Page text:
Although arranged like St. Andrews, the course at North Berwick presents a wider variance of hazards, and possibly because of the names of the holes ("Gate," "Perfection," "Pit"), what little I could remember of John Bunyan's Pilgrim's Progress came suddenly to mind in the elegiac light of a slowly ebbing sunset. I played the round in the company of two other solitary golfers on the hole ahead and the hole behind, three wayfarers set forth on the Scots' equivalent of the road to Canterbury, each of us in turn raising the flag of hope for the fellow pilgrim who maybe had come thus far without having fallen afoul, at least not yet, of Worldly Wiseman or Giant Despair.
By now you're thinking: Hey, this looks easy! I can redraft the Lapham sentence (or two sentences) also! And so you can, with the aid of Slate's Mad Libs, Lewis Lapham Edition. Just fill in the blanks below.
The Bush administration's forbearance as Gen. Pervez Musharraf proclaims, like [vainglorious monarch], that [famous megalomaniacal statement] recasts [open Gibbon's Decline and Fall of the Roman Empire to any random page, close eyes, plunge finger into text, and insert here a précis of incident described therein] as opera bouffe. The sham outrage teases forth memories of the contortions displayed by [famous Ottoman acrobat of the 15th century] or the prevarications of [obscure three-fingered gangster of the 1930s] as the Katie Courics and Wolf Blitzers of their day distracted the starving masses with [celebratory ritual performed by an island-based indigenous people] and competitions to mimic the cry of the mighty [extinct animal from the Cretaceous period].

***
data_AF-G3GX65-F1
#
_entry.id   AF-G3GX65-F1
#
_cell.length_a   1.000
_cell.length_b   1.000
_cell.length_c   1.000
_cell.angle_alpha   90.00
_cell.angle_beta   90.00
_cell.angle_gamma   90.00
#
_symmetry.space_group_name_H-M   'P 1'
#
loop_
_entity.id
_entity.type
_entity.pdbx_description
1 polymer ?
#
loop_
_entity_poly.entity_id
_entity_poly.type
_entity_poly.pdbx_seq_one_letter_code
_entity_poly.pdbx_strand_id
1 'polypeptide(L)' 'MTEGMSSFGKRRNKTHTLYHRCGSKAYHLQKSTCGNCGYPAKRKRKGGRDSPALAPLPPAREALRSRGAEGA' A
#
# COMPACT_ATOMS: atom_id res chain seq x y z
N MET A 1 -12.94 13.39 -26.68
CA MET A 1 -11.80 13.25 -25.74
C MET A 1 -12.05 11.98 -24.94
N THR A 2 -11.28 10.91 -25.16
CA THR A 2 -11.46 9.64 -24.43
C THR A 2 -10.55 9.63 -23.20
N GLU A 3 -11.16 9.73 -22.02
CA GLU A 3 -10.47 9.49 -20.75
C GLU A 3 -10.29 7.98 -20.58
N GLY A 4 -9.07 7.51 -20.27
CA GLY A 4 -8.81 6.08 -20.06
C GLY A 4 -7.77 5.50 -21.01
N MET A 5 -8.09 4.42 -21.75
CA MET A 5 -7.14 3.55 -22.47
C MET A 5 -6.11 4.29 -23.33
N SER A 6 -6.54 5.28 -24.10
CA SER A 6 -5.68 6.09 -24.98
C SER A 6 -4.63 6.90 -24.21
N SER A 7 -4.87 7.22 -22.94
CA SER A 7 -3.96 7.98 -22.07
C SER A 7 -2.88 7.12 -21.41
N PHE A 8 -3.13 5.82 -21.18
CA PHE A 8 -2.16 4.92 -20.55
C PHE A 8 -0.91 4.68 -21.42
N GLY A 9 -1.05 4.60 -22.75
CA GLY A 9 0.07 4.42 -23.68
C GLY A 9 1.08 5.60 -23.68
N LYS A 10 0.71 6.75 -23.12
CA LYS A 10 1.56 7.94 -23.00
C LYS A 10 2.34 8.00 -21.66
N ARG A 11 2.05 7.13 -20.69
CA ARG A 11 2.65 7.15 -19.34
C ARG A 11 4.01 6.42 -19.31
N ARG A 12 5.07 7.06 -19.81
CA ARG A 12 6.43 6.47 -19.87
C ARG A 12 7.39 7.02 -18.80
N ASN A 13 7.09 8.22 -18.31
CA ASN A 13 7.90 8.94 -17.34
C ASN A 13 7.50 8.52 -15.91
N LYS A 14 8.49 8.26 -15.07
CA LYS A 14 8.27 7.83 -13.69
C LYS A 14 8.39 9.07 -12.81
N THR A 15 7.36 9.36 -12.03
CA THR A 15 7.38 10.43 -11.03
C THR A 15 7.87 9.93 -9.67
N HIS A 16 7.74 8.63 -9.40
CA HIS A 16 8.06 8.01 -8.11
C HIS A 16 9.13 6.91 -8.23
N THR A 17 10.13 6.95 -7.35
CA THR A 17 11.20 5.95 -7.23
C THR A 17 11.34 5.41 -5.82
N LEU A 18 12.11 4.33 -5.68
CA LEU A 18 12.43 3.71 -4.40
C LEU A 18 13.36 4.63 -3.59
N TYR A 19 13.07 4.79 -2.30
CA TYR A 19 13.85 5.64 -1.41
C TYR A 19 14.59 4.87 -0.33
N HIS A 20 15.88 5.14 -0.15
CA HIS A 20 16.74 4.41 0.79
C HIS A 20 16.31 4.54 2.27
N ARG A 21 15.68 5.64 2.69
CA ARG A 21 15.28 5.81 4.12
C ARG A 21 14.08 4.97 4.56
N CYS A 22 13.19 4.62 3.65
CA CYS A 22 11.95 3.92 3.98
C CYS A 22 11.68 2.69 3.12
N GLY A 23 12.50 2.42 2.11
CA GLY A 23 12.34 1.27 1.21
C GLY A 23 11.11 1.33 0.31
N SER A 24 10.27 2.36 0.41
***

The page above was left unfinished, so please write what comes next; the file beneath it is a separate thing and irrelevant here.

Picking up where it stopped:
Readers, this is not a contest. Don't e-mail your Mad Libs to me. Instead, copy them in longhand, preferably with a quill pen, and mail to: Lapham's Quarterly, 33 Irving Place, Eighth Floor, New York, N.Y. 10003. Don't forget to include a stamped, self-addressed envelope.